We do have a choice. We need not poison our land to live. We need not taint our water to drink. We need not sell our future to finance our present. These are choices, not inevitabilities.

With this bread we say: take the long view; pay attention to the health of the soil and nourish it; treasure pure water; remember the value of your community and keep it whole.

If something must be broken, let it not be shale. Let it be this bread.

little chrysalis

Kitty and Robbie at the Haunt, July, 2011, Q. CassettiWell, the new year according to the Empire of Q. started this morning with a Shaggin’ Wagon dead battery—key in, no results. But, Alex got to school on time, empty bookbag, gym clothes, a check for lunch and his favorite greasy breakfast (at school). Mr. K from AAA came before 9. to give me a jump and I did a bit of driving over to Peach Orchard on Seneca Lake to get some peaches to peel and freeze, to make a cobbler, and to make more peach/ginger jam (freezer jam).

We got off around noon on Sunday to get to Amherst around 6. We stopped at Kitty’s new abode and ran into a bunch of her friends. So, we left her to catch up and did a little tootling around with Alex to see what was new and where we might have dinner (Mission Cantina, a new Mexican place on West Street—just steps from Hampshire). We then got Kitty and a friend and had a nice dinner watching Alex reel from the great music they were playing on the overhead combined with a double love of fresh fish tacos that he consumed happily (in hindsight, we should have ordered him two plates…he loved them soooo much). Then, off to the hotel for sleeping before a big day on Sunday of moving Kitty in, going to Target to get stuff to make her life a bit more liveable and then back home in the afternoon.

It sure felt like the brave new world. Kitty was ready to shoo us out the door when we  started getting in her space trying to help but making her crazy. I am the queen of noodlers, so I fear I made her the craziest. So, going to the store to buy olive oil, honey and peaches, fresh tomatoes and bread got me out of her space but alllowing me to show the love as the pseudo italian housewife I am. She is in an onward and upward mode versus the poor little lonely girl we left—a girl filled with fear and trepidation. We left  a far more confident young women this year with more of a grasp on what she is about, what she loves, where she is pointed. Her work this summer along with living in the house of the Lost Boys give her a boost that was happily unexpected—along with the mental and emotional sorting that coming home often initiates. After she showed us all around to the wonderful round room in the center of her Greenwich mod to the other mod with the cutest little student run library—I feel that this year our little chrysalis  may begin to notice her wings this year with new friends and acquaintances, new opportunities and studies, new learning around how to live on your own and with friends, and the raft of other things that just happen in college. I am not sulking and mooning over my little girl albeit she is on my mind as we had such a treasured time this summer. She is back with her tribe—with a desire to learn more about fashion, clothing, sewing, decorative arts and fashion.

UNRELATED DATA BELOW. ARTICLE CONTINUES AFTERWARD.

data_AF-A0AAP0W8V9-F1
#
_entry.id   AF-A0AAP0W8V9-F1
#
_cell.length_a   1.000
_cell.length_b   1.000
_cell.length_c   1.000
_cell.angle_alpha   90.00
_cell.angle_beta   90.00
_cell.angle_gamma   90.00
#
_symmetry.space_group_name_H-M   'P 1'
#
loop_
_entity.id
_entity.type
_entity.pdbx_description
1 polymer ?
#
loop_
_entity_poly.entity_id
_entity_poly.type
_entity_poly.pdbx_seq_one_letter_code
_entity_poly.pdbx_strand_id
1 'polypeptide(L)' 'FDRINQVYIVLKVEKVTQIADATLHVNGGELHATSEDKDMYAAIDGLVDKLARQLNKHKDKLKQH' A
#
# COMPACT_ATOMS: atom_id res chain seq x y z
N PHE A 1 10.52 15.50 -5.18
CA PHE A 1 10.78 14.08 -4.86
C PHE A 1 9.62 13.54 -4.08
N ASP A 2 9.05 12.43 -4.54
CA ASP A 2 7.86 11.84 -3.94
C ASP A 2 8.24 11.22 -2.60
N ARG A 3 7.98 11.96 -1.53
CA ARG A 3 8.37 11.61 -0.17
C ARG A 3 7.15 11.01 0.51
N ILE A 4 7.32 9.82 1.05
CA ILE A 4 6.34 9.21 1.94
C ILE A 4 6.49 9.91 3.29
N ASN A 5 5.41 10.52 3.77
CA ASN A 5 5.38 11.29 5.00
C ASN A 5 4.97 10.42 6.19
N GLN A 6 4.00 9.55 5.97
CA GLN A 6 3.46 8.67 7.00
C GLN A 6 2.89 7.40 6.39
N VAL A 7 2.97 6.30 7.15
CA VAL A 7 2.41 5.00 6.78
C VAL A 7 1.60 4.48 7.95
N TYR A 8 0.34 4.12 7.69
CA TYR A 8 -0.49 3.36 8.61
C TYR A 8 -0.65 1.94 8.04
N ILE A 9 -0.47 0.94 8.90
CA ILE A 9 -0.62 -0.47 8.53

So, it really wasnt much of a weekend….but the beginning of the new year for all. Rob is off to Miami later this week/ back Saturday—so I will be handling the XC breakfast solo. which is no biggie. I will be making little Granola/yogurt and fruit parfaits (so peeling and prepping the fruit will happen Friday night (more peach use). I am going to do a Tuesday pick up at the CSA now that school is back in session. Oh my.

Alex is back to running full time. We have so much to do with him!


Last Monday of Eleven Month

Swan Heart from Sketchbook 3, Q. Cassetti, 2010, sharpiesPiles of work…yikes. I am pleased I got the little done yesterday (thank you Rob) with the NYFA application and the scans as they were just hanging there wanting to  be done. I also had a really nice time with a little drawing in the evening complete with peppermint tea. It was just nice.

In hindsight, it was interesting to complete the NYFA application because it was all about funding artists to continue to build their voice and vision—so everything is pointed to showing that. I am pleased that I made a list and created a flow to the imagery to show how the styles and imagery flow (which, interestingly they do) prior to uploading them all. The images will be shown really large—in two groups of 4…so a progression from the SOI Willowhead (from Memento Mori) to Forever Love (from the Valentines) to The Fraktur Angel heart, to Valentine “Sweetheart” (bees),  to Bee Mine Valentine, to Bee Goddess, To Bee Twins, to in Search of the Sweet (Lubki illos). It looked good and consistent. The drawing group is assessed with Book Arts and Printmaking. My work fits right in there. Additionally, they have a folk art subset they judge mid year, next year which I plan on applying for. This foundation work is appealing because it has a fiscal piece to drive the work versus trying to sell it.